- Is this boxed Set a good value if I don't like Escher or Delaque? For an existing player, I don't think so. There's nothing new in the box, and you probably have enough dice, templates, and the like. For a new player? Maybe? If you can resell the gangs for at least part of their value, I think you'd come away with at least some savings.
- Is this boxed Set a good value if I only want one of the gangs? If you can sell the other gang off, yeah.
- Do you regret purchasing the box? I don't, because I needed the terrain and escher models, liked the idea of starting a Delaque gang, and like having plenty of dice and templates.
- How would you rate the box overall? To use American Letter Grades, I'd give the box a C+ (Low Pass). It provides a good entry into the game, and it's a decent enough value if you want most of its contents, but it's not exciting to existing players. But it really wasn't for us. Still, the boxed set could have gotten a B if they'd just given us a sprue of Zone Mortalis Doors.
Okay, let's cover the contents of the boxed set. While the website and back of the box cover the basics, I'd like to go into a little more detail so you know exactly what you're getting.
1) First off, we have the 2 gangs. This is no different than if you'd bought a box of Delaque and a box of Escher gangers, almost down to the assembly instructions; The only difference between them that I can see is that the reccomended assemblies don't include names (Disclaimer: I haven't bought the Delaque Gang box before, so I'm not 100% the assembly instructions are identical there. But do you really care?)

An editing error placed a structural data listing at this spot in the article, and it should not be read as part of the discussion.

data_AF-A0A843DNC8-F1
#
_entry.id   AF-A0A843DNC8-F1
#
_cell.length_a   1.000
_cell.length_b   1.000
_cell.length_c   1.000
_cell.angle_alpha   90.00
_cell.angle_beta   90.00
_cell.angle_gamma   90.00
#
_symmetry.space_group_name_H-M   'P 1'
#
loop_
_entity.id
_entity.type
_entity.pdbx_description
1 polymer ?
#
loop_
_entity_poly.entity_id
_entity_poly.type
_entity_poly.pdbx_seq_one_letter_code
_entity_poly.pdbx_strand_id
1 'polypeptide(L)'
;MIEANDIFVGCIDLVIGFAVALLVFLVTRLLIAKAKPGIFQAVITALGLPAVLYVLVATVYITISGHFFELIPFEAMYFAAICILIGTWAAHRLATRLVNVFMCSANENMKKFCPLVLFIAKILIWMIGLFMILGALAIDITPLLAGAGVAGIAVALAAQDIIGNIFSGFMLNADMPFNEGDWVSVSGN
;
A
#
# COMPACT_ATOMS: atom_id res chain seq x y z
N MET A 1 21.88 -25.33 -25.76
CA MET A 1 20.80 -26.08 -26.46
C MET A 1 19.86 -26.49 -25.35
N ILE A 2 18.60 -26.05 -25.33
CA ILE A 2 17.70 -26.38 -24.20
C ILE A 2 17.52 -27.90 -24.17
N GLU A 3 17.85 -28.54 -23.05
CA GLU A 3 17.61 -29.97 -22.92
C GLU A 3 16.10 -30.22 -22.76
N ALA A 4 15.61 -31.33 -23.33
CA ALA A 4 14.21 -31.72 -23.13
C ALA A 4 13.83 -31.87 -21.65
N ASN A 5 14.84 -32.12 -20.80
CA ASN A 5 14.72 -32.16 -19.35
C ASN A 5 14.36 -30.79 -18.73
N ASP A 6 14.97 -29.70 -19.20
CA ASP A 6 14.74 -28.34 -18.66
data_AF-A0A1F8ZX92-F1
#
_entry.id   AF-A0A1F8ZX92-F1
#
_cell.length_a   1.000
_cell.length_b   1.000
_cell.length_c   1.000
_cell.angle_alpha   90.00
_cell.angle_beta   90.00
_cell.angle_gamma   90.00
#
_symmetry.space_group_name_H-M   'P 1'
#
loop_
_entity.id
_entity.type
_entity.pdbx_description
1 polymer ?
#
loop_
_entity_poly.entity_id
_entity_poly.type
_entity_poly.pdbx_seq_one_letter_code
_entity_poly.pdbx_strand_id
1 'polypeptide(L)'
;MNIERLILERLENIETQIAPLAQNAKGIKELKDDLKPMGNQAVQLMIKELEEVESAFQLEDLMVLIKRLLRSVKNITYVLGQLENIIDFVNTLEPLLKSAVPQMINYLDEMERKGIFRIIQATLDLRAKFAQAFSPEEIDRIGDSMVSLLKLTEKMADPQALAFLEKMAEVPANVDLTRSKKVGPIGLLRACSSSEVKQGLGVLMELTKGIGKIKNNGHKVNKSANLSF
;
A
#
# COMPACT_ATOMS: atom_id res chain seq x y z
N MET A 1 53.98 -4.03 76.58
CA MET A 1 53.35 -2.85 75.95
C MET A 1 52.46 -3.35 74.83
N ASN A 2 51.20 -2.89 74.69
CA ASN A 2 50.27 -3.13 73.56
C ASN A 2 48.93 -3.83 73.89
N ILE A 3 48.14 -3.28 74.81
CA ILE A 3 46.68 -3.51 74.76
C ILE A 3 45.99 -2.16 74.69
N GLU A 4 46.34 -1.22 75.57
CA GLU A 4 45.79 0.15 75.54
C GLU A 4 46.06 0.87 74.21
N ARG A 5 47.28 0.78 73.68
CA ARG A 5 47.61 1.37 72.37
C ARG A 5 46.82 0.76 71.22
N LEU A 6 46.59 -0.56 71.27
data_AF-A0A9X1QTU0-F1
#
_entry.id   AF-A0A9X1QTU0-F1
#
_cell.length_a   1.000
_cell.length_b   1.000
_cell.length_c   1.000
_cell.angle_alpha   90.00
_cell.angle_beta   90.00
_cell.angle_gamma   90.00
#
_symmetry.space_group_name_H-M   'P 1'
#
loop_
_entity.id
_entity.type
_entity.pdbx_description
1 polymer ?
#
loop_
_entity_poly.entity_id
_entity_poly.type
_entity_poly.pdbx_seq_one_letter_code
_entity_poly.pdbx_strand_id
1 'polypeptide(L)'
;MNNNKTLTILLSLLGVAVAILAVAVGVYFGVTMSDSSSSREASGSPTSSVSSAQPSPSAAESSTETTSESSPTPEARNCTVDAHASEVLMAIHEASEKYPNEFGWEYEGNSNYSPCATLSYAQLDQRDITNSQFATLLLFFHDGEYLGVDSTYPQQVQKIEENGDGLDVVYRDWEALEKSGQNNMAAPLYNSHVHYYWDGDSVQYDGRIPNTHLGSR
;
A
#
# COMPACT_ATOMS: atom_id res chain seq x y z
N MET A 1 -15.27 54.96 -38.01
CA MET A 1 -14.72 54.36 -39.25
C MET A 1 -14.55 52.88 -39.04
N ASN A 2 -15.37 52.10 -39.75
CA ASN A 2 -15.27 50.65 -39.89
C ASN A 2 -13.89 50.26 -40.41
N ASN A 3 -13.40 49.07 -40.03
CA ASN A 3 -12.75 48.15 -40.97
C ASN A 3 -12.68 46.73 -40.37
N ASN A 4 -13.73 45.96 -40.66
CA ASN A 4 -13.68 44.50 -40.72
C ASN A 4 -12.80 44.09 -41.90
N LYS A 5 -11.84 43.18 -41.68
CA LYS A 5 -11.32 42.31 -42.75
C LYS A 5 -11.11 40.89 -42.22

2) Next, let's look at the terrain. You get the following
- 3 Sprues of Zone Mortalis walls, building 5 short walls and 2 Long Walls. For comparison, the Zone Mortalis Columns and Walls kit builds 4 short walls and 1 long wall.
- 2 Sprues of Zone Mortalis Columns, building 4 columns. For comparison, the Zone Mortalis Columns and Walls kit builds 6 columns
- No Zone Mortalis doors, as opposed to the kit, which has two large doors and two small doors.
- 1 Sprue of Necromunda Barricades and objectives (Available seperately in a box of two sprues... If you can actually find it for sale).
So, the obvious complaint here is the lack of doors. And yeah, their absence will be felt in games with just the boxed set. One thing I will say, though, is that the ratio of walls-columns combines very nicely with the actual Zone Mortalis Columns and Walls kit. Still, no Zone Mortalis game is complete without doors.
3) A gloss-paper playmat designed to go with the Terrain. The mat in question is about 16" X 20", which is a weird size that isn't really compatible with the 30" x 22.4" cardboard playmats GW uses for Kill Team and 40k, nor the 12" X 12" plastic Zone Mortalis Tiles. It's not especially sturdy, and too small for full size games, but it will suffice for playing through the learning scenarios.